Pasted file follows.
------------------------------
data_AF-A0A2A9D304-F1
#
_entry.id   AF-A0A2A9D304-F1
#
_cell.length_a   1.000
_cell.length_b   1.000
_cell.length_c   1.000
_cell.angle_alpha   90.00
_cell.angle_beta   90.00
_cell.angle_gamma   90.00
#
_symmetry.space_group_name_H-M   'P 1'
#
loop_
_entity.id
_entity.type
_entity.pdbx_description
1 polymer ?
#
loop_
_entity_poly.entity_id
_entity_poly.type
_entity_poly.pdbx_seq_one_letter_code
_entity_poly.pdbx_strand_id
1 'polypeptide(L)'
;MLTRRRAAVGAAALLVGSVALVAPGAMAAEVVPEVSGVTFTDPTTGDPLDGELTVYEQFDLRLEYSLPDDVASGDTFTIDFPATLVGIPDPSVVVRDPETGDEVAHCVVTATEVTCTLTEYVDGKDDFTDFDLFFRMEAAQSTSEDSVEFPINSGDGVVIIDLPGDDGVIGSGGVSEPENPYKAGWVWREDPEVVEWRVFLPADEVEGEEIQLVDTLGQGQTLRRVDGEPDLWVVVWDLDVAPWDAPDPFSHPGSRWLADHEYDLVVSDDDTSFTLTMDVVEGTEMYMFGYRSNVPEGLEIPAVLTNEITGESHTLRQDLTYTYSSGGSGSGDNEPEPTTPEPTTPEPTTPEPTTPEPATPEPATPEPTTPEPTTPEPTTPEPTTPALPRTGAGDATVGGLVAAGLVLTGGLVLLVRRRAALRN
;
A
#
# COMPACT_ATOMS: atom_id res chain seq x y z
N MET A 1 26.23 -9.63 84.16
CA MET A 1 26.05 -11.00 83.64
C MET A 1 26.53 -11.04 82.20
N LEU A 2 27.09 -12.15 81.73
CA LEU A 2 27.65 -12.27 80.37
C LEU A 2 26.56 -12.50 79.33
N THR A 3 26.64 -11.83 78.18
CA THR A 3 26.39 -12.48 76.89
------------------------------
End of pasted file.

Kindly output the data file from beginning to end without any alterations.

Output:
data_AF-A0A2A9D304-F1
#
_entry.id   AF-A0A2A9D304-F1
#
_cell.length_a   1.000
_cell.length_b   1.000
_cell.length_c   1.000
_cell.angle_alpha   90.00
_cell.angle_beta   90.00
_cell.angle_gamma   90.00
#
_symmetry.space_group_name_H-M   'P 1'
#
loop_
_entity.id
_entity.type
_entity.pdbx_description
1 polymer ?
#
loop_
_entity_poly.entity_id
_entity_poly.type
_entity_poly.pdbx_seq_one_letter_code
_entity_poly.pdbx_strand_id
1 'polypeptide(L)'
;MLTRRRAAVGAAALLVGSVALVAPGAMAAEVVPEVSGVTFTDPTTGDPLDGELTVYEQFDLRLEYSLPDDVASGDTFTIDFPATLVGIPDPSVVVRDPETGDEVAHCVVTATEVTCTLTEYVDGKDDFTDFDLFFRMEAAQSTSEDSVEFPINSGDGVVIIDLPGDDGVIGSGGVSEPENPYKAGWVWREDPEVVEWRVFLPADEVEGEEIQLVDTLGQGQTLRRVDGEPDLWVVVWDLDVAPWDAPDPFSHPGSRWLADHEYDLVVSDDDTSFTLTMDVVEGTEMYMFGYRSNVPEGLEIPAVLTNEITGESHTLRQDLTYTYSSGGSGSGDNEPEPTTPEPTTPEPTTPEPTTPEPATPEPATPEPTTPEPTTPEPTTPEPTTPALPRTGAGDATVGGLVAAGLVLTGGLVLLVRRRAALRN
;
A
#
# COMPACT_ATOMS: atom_id res chain seq x y z
N MET A 1 26.23 -9.63 84.16
CA MET A 1 26.05 -11.00 83.64
C MET A 1 26.53 -11.04 82.20
N LEU A 2 27.09 -12.15 81.73
CA LEU A 2 27.65 -12.27 80.37
C LEU A 2 26.56 -12.50 79.33
N THR A 3 26.64 -11.83 78.18
CA THR A 3 26.39 -12.48 76.89